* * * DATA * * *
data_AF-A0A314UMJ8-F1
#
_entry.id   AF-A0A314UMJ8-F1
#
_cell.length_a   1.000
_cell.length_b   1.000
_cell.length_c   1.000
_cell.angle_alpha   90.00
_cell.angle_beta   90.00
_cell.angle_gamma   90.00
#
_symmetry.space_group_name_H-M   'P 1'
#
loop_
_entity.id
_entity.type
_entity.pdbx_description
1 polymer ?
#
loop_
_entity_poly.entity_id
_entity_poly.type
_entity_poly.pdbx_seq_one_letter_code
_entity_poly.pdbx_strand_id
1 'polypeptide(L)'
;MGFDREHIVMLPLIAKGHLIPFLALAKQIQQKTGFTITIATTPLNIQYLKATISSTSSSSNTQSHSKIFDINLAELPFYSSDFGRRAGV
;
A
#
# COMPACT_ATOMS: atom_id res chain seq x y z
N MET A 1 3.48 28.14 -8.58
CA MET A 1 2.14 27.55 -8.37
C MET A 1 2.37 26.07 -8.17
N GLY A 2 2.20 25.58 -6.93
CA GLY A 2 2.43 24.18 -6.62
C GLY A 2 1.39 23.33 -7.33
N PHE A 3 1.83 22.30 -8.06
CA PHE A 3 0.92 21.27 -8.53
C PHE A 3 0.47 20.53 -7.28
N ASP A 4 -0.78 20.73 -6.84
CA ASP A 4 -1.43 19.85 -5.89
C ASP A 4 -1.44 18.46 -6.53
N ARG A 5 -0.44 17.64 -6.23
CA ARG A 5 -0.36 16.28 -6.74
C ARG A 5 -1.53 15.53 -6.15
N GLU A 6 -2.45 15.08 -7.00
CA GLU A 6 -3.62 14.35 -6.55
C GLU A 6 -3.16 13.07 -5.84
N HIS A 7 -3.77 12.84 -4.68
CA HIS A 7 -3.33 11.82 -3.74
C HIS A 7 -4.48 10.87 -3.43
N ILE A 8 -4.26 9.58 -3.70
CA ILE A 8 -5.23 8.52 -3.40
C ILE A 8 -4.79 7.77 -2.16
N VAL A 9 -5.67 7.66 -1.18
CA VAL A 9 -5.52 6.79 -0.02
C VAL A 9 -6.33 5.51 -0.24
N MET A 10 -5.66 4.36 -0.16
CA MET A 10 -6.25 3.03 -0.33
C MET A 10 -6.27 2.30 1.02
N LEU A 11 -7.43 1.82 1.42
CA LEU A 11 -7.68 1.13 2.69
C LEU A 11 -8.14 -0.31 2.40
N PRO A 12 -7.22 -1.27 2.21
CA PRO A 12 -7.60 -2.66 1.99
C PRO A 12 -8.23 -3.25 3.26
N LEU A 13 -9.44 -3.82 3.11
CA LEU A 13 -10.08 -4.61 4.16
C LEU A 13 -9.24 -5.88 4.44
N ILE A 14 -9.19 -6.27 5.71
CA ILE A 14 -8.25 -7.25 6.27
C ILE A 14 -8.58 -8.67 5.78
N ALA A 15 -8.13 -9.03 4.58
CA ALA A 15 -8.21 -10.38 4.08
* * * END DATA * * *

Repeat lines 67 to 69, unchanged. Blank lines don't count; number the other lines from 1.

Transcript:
N LEU A 13 -9.44 -3.82 3.11
CA LEU A 13 -10.08 -4.61 4.16
C LEU A 13 -9.24 -5.88 4.44